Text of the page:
Evidence from the last couple of years suggests that ICT suppliers understand the future ecosystem imperative very well. A string of mergers, alliances and acquisitions between larger players, such as IBM or HP and smaller enterprises have developed dedicated technologies to handle cutting edge solutions. However, utilities appear slower to accept this new reality as they continue to build their own in-house solutions, using old standard technology.
The report suggests the creation of a support ecosystem. By bringing together an alliance of utility, major ICT and communications specialists, plus niche players (either small entrepreneurs or academic-based) who are able to bring with them dedicated applications, one can ensure the collaborative management of the smart grid.
Recommendations for utilities
Utilities need to break out of any complacency they may have. They should treat tools, such as the Smart Grid Maturity Model which was created out of dialogue between utilities, and given the stamp of approval by the US Department of Energy, with caution. This is because it risks locking in complacency as it may encourage the idea that so long as utilities are progressing against a vision that has changed little since it was first set out, they are doing fine. The report makes the following recommendations to utilities:
Strategy-Utilities should select a range of partners ie. ICT company of appropriate size (enabling support rather than dominance), support academic/technology incubators, fund decent studies and support cutting edge companies, specifically those with cloud capability
Transmission & Distribution-Utilities should future-proof decisions about communication by recruiting “best of breed” suppliers to support ICT function. A communications solution is effectively locked in for several years so it should therefore be accepted that it may not be possible to achieve some abstract “best.” They should instead seek future-proof investment by opting for solutions that show evidence of potential for future upgrade by negotiating deals with solution providers that are based around cost and benefit, rather than performance.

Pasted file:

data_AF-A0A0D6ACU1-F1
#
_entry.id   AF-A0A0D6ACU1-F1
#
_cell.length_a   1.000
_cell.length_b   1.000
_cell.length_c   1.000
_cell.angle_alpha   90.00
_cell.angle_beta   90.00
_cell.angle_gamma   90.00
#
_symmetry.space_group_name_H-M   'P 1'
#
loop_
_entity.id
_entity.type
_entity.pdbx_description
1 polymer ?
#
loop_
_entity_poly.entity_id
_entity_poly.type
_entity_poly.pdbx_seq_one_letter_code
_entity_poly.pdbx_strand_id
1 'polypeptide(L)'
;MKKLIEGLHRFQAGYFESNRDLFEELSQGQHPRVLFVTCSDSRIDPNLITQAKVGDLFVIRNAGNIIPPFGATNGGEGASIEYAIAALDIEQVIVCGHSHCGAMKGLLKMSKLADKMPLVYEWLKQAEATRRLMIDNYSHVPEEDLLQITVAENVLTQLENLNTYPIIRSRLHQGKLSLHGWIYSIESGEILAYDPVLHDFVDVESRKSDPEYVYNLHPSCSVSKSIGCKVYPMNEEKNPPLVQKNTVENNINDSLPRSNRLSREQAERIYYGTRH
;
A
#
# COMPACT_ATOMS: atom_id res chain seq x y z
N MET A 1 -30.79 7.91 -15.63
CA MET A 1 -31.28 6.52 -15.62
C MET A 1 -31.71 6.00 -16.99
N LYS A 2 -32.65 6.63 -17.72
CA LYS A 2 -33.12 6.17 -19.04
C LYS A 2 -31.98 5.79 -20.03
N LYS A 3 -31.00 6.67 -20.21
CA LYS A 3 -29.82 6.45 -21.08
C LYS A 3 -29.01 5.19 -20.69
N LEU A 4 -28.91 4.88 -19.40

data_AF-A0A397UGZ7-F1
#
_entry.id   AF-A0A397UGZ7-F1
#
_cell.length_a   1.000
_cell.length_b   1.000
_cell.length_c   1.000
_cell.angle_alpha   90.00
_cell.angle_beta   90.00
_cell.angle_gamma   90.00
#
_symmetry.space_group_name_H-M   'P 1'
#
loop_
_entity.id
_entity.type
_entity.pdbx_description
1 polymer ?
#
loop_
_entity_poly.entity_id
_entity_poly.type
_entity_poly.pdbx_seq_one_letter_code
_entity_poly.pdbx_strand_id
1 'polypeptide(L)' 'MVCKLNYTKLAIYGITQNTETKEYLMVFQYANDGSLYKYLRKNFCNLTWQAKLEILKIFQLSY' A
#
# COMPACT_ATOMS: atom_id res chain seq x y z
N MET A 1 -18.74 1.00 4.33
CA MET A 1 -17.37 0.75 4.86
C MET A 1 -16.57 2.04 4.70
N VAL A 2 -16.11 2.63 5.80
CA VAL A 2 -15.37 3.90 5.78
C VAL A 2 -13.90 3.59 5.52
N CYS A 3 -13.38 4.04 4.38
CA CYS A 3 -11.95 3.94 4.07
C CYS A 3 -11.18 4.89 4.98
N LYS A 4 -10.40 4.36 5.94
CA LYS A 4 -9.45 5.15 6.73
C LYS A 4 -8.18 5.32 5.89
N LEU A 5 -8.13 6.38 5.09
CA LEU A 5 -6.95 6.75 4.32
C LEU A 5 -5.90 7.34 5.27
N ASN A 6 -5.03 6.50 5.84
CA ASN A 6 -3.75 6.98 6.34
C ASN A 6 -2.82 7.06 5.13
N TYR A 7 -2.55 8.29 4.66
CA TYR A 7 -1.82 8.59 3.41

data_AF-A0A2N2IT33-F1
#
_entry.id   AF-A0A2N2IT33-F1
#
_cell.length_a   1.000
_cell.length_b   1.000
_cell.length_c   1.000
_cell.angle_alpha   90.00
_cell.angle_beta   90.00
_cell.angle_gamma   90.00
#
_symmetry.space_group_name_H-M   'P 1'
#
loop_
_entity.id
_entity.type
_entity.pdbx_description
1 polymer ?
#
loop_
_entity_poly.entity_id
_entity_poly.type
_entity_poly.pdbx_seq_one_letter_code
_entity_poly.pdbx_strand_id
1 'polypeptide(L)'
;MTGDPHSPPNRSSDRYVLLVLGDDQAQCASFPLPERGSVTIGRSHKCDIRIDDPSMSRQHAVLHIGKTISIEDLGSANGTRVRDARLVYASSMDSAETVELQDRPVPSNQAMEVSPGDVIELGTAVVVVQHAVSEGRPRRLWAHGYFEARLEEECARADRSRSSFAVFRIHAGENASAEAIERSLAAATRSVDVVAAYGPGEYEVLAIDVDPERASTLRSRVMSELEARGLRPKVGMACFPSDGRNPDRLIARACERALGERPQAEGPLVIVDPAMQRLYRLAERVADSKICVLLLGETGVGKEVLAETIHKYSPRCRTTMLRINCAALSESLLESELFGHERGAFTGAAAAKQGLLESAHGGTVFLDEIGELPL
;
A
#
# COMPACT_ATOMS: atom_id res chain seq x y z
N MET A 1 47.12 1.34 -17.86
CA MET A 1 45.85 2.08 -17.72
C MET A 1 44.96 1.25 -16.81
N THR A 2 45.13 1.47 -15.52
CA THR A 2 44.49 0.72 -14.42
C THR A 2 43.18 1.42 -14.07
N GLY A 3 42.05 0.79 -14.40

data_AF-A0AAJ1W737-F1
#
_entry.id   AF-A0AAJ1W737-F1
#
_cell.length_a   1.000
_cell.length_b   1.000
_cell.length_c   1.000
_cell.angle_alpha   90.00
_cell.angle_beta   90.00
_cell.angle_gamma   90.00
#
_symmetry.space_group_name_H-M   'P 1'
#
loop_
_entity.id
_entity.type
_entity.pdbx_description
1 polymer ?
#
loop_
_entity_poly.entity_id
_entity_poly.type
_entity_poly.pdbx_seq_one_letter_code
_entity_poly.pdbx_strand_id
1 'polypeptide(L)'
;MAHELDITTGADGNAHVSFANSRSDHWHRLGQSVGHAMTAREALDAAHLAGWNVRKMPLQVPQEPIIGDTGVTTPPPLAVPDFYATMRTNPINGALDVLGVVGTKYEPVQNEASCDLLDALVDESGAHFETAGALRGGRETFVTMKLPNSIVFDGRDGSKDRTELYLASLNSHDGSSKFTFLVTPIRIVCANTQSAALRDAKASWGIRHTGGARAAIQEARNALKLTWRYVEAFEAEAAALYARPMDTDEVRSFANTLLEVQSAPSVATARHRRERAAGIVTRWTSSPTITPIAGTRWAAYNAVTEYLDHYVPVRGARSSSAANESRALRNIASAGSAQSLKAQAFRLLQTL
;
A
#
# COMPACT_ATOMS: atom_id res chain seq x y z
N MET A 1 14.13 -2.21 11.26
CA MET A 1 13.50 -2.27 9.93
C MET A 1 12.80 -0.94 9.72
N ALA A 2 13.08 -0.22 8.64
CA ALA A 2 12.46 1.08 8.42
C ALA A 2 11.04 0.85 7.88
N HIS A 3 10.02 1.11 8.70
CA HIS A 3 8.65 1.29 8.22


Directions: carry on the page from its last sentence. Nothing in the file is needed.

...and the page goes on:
The smart customer-Utilities should lock in, look smart and learn from applications. The report suggests that consumers should be “locked in” where possible via packages beneficial to consumers. This includes elements such as TOU pricing; user-friendly IHD’s and the use of smart meter data to demonstrate responsibility and customer benefit. They should form alliances with key application providers and learn from what is working in the application market
Regulators-Utilities should determine the stance towards emerging markets in renewable and re-sale of electricity.There should be a discussion with regulators around the possibility of more flexible, less onerous supply obligations. Decisions must be made regarding the trade-off in seeking economic benefit now-or goodwill- as the basis for future positioning and negotiation. Utilities should look at the short-term benefit by opposing consumers who are getting what they regard as a “fair price” for their electricity with a view to protecting some economic advantage longer-term benefit by allowing consumers to enter the energy market as equal (if small-scale partners) in the generation of electricity.
Utilities cannot afford to be complacent with the introduction of the smart grid. While new technology and systems must be embraced, utilities also need to form a range of partnerships, thereby ensuring control and position for success.